Typically, news coverage of issues elicits stronger priming effects in the area of performance assessments than in the area of personality assessments (Iyengar & Kinder 1987). In one noteworthy exception – involving “personality priming” – voters who watched the famous 1960 debate between John Kennedy and Richard Nixon on television were more likely to rely on image factors (such as integrity) when considering the candidates’ performance in the debate (see Druckman 2003) than were voters who listened to the debate on the radio. The radio group, on the other hand, took into account both image and the candidates’ positions on the issues. This study suggests that the visual imagery provided by television encourages voters to focus on personality related rather than issue-related considerations when evaluating the candidates.
A special case of priming concerns the phenomenon of momentum in primary elections. Because news coverage during the early primaries tends to focus exclusively on the state of the “horse race,” primary voters are likely to rely heavily on information about the candidates’ electoral viability when making their choices (Brady & Johnston 1987). In a study of the 2004 primary campaign, researchers found that the single most important determinant of Democrats’ primary vote preference between senators John Kerry and John Edwards was the voters’ perceptions of the two candidates’ personalities. The secondmost powerful predictor of vote choice was the candidates’ electoral viability (Iyengar et al. 2004). Viability was more important to voters than the candidates’ positions on major issues, including the war in Iraq and outsourcing of American jobs.
The ability of the news media to prime political evaluations depends on both media content and the predispositions of the audience. Unsurprisingly, priming effects peak when news reports explicitly suggest that politicians are responsible for the state of national affairs, or when they clearly link politicians’ actions with national problems. Thus, evaluations of President Reagan’s performance were more strongly influenced by news stories when the coverage suggested that “Reaganomics” was responsible for rising American unemployment than when the coverage was directed at alternative causes of unemployment (Iyengar & Kinder 1987, ch. 9).
In a further parallel with agenda-setting research, individuals differ in their susceptibility to media priming effects. Miller and Krosnick (2000) found that priming effects occurred only among people who were highly knowledgeable about political affairs and had high levels of trust in the media. Iyengar and Kinder (1987) found that partisanship affected the issues on which people could be primed: Democrats tended to be most susceptible to priming when the news focused on issues that favor Democrats, such as unemployment and civil rights, while Republicans were influenced most when the news focused on traditional Republican issues like national defense.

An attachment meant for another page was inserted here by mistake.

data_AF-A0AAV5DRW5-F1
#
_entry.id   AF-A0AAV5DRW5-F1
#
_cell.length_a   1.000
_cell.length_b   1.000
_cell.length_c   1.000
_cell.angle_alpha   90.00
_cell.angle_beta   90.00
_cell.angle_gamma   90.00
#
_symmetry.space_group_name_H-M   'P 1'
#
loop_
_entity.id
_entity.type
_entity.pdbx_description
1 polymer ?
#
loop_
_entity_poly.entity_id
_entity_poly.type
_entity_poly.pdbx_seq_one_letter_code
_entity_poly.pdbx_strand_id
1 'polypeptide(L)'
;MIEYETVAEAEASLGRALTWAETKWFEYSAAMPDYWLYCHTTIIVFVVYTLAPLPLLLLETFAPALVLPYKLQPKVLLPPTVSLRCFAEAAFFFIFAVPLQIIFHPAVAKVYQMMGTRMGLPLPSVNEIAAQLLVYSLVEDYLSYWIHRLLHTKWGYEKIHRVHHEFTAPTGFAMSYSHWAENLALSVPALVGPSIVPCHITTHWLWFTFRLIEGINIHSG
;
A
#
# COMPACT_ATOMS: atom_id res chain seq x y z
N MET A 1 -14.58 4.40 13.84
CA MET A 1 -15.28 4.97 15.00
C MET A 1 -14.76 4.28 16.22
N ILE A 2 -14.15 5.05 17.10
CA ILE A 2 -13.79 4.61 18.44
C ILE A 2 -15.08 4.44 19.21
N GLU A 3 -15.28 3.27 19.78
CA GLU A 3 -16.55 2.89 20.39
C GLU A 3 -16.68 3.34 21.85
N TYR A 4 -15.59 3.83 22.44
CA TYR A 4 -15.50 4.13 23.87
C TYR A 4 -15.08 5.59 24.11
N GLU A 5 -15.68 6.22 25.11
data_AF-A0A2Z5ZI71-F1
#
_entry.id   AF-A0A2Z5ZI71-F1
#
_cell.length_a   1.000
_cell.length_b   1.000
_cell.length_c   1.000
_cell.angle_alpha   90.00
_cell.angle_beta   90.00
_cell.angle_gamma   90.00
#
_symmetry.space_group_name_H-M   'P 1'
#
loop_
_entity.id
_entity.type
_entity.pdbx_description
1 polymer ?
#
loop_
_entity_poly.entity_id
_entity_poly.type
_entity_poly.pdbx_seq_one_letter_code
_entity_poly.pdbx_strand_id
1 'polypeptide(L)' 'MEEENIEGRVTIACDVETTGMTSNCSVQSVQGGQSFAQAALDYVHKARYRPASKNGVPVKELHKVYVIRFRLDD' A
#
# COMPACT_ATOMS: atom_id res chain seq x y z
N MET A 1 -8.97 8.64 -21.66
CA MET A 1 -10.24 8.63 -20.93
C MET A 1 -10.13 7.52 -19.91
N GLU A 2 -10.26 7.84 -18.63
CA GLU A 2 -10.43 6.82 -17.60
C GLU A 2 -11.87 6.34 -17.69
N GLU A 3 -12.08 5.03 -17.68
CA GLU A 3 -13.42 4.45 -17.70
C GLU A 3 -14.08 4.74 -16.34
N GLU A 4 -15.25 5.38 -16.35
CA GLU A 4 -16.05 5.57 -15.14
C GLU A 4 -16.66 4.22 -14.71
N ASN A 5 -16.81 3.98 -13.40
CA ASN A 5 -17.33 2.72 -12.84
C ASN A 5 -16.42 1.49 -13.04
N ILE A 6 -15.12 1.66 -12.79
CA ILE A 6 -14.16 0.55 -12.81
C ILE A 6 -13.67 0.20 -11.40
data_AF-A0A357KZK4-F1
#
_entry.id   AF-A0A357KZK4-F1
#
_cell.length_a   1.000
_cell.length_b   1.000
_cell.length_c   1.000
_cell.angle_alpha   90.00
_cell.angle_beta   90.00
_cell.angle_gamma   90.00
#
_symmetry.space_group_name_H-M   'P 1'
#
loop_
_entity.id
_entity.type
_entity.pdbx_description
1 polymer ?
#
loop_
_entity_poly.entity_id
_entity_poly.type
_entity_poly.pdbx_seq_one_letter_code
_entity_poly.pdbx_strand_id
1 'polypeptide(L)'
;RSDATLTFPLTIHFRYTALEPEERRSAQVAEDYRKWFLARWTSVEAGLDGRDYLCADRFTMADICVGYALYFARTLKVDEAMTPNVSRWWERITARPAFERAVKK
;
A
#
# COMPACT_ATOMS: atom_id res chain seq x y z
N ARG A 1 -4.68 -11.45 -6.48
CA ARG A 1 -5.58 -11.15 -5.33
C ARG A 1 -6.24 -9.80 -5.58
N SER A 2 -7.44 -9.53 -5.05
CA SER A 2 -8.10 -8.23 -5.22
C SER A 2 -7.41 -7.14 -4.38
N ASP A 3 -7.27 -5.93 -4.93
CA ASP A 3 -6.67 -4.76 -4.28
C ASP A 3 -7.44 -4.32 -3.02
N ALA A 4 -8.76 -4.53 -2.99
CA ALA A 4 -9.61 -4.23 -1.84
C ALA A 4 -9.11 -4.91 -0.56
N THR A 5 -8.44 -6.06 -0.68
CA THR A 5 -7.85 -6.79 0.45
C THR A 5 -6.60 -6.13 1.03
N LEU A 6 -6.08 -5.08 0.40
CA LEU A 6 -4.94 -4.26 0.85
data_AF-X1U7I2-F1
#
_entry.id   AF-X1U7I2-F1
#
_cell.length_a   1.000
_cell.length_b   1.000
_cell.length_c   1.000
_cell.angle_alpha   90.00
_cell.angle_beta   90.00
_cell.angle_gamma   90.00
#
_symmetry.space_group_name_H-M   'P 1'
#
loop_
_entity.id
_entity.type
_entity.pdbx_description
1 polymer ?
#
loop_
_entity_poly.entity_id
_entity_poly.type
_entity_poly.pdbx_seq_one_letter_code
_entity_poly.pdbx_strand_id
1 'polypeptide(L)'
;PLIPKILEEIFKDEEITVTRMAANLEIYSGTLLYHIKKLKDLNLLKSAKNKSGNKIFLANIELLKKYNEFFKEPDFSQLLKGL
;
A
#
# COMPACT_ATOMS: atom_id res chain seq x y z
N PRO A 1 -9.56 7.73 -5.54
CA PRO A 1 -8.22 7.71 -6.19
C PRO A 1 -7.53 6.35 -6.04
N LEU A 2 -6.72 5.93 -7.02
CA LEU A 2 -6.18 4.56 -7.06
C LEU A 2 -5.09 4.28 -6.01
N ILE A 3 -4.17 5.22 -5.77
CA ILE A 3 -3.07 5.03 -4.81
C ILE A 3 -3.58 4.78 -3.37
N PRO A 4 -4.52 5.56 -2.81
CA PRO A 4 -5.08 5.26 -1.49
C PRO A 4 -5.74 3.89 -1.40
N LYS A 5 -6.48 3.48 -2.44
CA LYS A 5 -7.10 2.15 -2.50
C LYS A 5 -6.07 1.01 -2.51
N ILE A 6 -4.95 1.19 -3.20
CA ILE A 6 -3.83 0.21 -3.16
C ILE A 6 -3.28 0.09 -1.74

In sum, issues and events in the news are deemed important and weigh heavily in evaluations of incumbent officials and political candidates. As is clear from the way in which President George H. Bush benefited from media coverage of the 1991 Gulf War and then suffered from coverage of the economy, priming results equally from news of political successes and news of political failures. Priming is a double-edged sword.
- Brady, H. E., & Johnston, R. (1987). What’s the primary message: Horse race or issue journalism? In G. R. Orren & N. W. Polsby (eds.), Media and momentum: The New Hampshire primary and nomination politics. Chatham, NJ: Chatham House, pp. 127–186.
- de Vreese, C. H. (2004). Primed by the euro: The impact of a referendum campaign on public opinion and evaluations of government and political leaders. Scandinavian Political Studies, 27(1), 45–64.
- Druckman, J. N. (2003). The power of television images: The first Kennedy–Nixon debate revisited. Journal of Politics, 65, 559–571.
- Druckman, J. N. (2004). Priming the vote: Campaign effects in a U.S. Senate election. Political Psychology, 25, 577–594.
- Druckman, J. N., & Holmes, J. W. (2004). Does presidential rhetoric matter? Priming and presidential approval. Presidential Studies Quarterly, 34, 755–778.
- Iyengar, S., & Kinder, D. R. (1987). News that matters: Television and American opinion. Chicago: University of Chicago Press.
- Iyengar, S., & McGrady, J. (2007). Media politics: A citizen’s guide. New York: W. W. Norton.
- Iyengar, S., Luskin, R., & Fishkin, J. (2004). Deliberative public opinion: Evidence from presidential primaries. Presented at the Annual Meeting of the American Political Science Association.
- Miller, J. M., & Krosnick, J. A. (2000). News media impact on the ingredients of presidential evaluations: Politically knowledgeable citizens are guided by a trusted source. American Journal of Political Science, 44, 295–309.
- Schoen, H. (2004). Candidate orientations in election campaigns. An analysis of the German federal election campaigns 1980–1998. Politische Vierteljahresschrift, 45(3), 321–345.
- Sheafer, T., & Weimann, G. (2005). Agenda building, agenda setting, priming, individual voting intentions, and the aggregate results: An analysis of four Israeli elections. Journal of Communication, 55(2), 347–365.